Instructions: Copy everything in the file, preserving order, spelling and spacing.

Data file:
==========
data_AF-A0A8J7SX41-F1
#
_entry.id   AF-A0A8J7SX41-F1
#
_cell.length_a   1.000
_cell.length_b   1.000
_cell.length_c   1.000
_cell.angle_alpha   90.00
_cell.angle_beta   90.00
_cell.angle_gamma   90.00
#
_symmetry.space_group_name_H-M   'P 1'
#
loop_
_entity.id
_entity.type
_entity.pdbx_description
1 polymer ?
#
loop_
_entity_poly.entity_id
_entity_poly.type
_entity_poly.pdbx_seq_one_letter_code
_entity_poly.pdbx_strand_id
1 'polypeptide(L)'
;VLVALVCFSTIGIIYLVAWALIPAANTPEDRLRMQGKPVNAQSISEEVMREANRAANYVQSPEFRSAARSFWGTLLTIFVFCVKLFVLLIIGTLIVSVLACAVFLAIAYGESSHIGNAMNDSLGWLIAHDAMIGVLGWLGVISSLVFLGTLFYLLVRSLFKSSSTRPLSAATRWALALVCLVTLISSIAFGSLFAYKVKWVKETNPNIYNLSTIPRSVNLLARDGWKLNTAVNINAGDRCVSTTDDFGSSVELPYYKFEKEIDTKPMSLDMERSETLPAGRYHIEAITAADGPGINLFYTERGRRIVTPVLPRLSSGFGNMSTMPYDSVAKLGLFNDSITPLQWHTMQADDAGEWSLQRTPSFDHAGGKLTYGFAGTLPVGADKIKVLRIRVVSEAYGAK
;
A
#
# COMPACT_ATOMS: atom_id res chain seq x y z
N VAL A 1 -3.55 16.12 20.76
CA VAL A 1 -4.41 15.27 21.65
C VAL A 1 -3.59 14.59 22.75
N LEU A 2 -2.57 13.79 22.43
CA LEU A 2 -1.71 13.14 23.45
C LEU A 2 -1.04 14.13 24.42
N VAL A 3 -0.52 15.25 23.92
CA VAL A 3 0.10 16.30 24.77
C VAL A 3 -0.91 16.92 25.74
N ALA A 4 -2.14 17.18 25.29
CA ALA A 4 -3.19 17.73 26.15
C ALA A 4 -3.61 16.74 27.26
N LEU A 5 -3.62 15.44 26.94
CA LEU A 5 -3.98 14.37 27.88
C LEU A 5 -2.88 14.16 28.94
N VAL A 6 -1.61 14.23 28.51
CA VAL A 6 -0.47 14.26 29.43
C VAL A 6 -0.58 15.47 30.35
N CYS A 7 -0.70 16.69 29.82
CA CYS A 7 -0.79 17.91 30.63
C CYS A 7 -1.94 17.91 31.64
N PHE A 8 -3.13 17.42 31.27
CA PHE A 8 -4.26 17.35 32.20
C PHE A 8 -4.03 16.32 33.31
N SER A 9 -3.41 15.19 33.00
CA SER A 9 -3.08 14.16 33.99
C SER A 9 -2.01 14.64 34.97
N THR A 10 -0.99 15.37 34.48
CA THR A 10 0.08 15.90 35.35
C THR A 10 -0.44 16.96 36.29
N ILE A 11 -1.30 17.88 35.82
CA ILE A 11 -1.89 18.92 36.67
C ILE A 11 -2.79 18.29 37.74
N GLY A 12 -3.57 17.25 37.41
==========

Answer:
data_AF-A0A8J7SX41-F1
#
_entry.id   AF-A0A8J7SX41-F1
#
_cell.length_a   1.000
_cell.length_b   1.000
_cell.length_c   1.000
_cell.angle_alpha   90.00
_cell.angle_beta   90.00
_cell.angle_gamma   90.00
#
_symmetry.space_group_name_H-M   'P 1'
#
loop_
_entity.id
_entity.type
_entity.pdbx_description
1 polymer ?
#
loop_
_entity_poly.entity_id
_entity_poly.type
_entity_poly.pdbx_seq_one_letter_code
_entity_poly.pdbx_strand_id
1 'polypeptide(L)'
;VLVALVCFSTIGIIYLVAWALIPAANTPEDRLRMQGKPVNAQSISEEVMREANRAANYVQSPEFRSAARSFWGTLLTIFVFCVKLFVLLIIGTLIVSVLACAVFLAIAYGESSHIGNAMNDSLGWLIAHDAMIGVLGWLGVISSLVFLGTLFYLLVRSLFKSSSTRPLSAATRWALALVCLVTLISSIAFGSLFAYKVKWVKETNPNIYNLSTIPRSVNLLARDGWKLNTAVNINAGDRCVSTTDDFGSSVELPYYKFEKEIDTKPMSLDMERSETLPAGRYHIEAITAADGPGINLFYTERGRRIVTPVLPRLSSGFGNMSTMPYDSVAKLGLFNDSITPLQWHTMQADDAGEWSLQRTPSFDHAGGKLTYGFAGTLPVGADKIKVLRIRVVSEAYGAK
;
A
#
# COMPACT_ATOMS: atom_id res chain seq x y z
N VAL A 1 -3.55 16.12 20.76
CA VAL A 1 -4.41 15.27 21.65
C VAL A 1 -3.59 14.59 22.75
N LEU A 2 -2.57 13.79 22.43
CA LEU A 2 -1.71 13.14 23.45
C LEU A 2 -1.04 14.13 24.42
N VAL A 3 -0.52 15.25 23.92
CA VAL A 3 0.10 16.30 24.77
C VAL A 3 -0.91 16.92 25.74
N ALA A 4 -2.14 17.18 25.29
CA ALA A 4 -3.19 17.73 26.15
C ALA A 4 -3.61 16.74 27.26
N LEU A 5 -3.62 15.44 26.94
CA LEU A 5 -3.98 14.37 27.88
C LEU A 5 -2.88 14.16 28.94
N VAL A 6 -1.61 14.23 28.51
CA VAL A 6 -0.47 14.26 29.43
C VAL A 6 -0.58 15.47 30.35
N CYS A 7 -0.70 16.69 29.82
CA CYS A 7 -0.79 17.91 30.63
C CYS A 7 -1.94 17.91 31.64
N PHE A 8 -3.13 17.42 31.27
CA PHE A 8 -4.26 17.35 32.20
C PHE A 8 -4.03 16.32 33.31
N SER A 9 -3.41 15.19 33.00
CA SER A 9 -3.08 14.16 33.99
C SER A 9 -2.01 14.64 34.97
N THR A 10 -0.99 15.37 34.48
CA THR A 10 0.08 15.90 35.35
C THR A 10 -0.44 16.96 36.29
N ILE A 11 -1.30 17.88 35.82
CA ILE A 11 -1.89 18.92 36.67
C ILE A 11 -2.79 18.29 37.74
N GLY A 12 -3.57 17.25 37.41